Asset or time bomb?

THAT the youths of any nation are a great asset to its future is no news. They represent new blood pumping into the body of a community, keeping it alive and moving forward with hope. On the contrary, battalions of youth least prepared to shoulder the burden of the future are regarded as ticking 'time bombs'.

Youths are of enormously different orientations, habits, and behaviours in both rural and urban areas with different socio-economic and educational backgrounds. There is no monolithic profile of youths in any society; what we are talking about are notable trends, not individuals.

Around 63 per cent of Pakistan's population (aged 15-35) is reported to comprise of youth (UN Population Fund Report, 2017). The question is, is this a good omen, or a challenging situation? An article published earlier on these pages highlights how this cohort is likely to face myriad issues due largely to the lack of capacity of our country to tap the treasure.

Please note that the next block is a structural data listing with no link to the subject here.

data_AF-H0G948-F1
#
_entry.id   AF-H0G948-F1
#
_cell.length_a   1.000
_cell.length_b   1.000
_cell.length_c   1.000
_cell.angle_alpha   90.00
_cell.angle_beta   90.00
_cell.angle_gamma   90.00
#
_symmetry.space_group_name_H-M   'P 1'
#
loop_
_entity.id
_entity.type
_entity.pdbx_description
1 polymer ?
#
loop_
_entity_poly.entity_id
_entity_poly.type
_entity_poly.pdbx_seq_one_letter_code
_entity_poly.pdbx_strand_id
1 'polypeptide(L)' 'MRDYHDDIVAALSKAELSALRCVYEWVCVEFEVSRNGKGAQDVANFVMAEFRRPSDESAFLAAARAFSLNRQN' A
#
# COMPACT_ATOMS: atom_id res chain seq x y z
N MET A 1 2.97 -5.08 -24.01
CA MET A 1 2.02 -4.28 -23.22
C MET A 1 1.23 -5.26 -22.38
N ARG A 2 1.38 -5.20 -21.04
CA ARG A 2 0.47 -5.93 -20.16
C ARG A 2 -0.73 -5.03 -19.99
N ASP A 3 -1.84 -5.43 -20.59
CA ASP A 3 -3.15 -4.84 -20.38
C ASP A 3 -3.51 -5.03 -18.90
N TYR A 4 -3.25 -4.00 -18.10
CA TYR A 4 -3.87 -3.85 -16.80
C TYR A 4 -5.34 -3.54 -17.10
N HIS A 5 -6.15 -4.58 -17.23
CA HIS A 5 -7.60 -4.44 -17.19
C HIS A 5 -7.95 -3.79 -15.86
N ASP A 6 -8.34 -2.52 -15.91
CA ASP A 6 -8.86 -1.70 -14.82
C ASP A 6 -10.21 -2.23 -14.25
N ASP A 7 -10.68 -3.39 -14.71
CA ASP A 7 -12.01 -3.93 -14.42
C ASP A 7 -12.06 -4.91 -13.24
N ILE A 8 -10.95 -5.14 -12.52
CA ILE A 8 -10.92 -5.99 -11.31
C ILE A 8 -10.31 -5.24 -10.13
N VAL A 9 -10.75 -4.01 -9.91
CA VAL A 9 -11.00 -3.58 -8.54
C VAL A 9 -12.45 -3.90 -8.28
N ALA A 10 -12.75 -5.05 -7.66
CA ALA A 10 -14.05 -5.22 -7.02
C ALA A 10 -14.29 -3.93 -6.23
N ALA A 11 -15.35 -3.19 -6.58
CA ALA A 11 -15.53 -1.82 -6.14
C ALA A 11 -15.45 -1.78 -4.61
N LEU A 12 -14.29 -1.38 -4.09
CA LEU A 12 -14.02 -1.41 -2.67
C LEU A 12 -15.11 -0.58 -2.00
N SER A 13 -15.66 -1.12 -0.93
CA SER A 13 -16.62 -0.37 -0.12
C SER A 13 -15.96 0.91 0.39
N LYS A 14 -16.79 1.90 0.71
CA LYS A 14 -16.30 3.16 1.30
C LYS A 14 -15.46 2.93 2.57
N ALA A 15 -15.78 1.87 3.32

The overall despondency that characterises our country afflicts the younger generation perhaps more deeply because it is not able to see a secure future, leading to brain drain and flight of skilled labour. The process may not necessarily be good for the country as its best assets are lost; yet, the flip side is that they tend to support their larger 'back home' families with their remittances and in many other ways.

Despondency afflicts the youth, who cannot see a secure future.

While there are countless blessings that our new generations have brought to our homes, towns, and cities, the phenomenon also gives rise to a number of issues, such as generational gap, cultural alienation, divided families, separation from siblings, parents, and the larger society. Moreover, the current nuclear family trends are unleashing untold misery for parents and grandparents.

Another article published in this paper considers the 'communication gap' between the youth and elders as a major factor causing rupturing of generational dialogue. Unlike the past, generations today tend to part ways to build their families in different directions with varied value systems due largely to the paradigm shift in lifestyles.

Another threat to the well-being of the youth is the risk of being (mis)led by elders claiming to be 'leaders'. It is happening right in front of us; we can see the direction in which many young people are led, and in fact trapped. If youths succumb to hero worship without critical thinking, swept away by peer...

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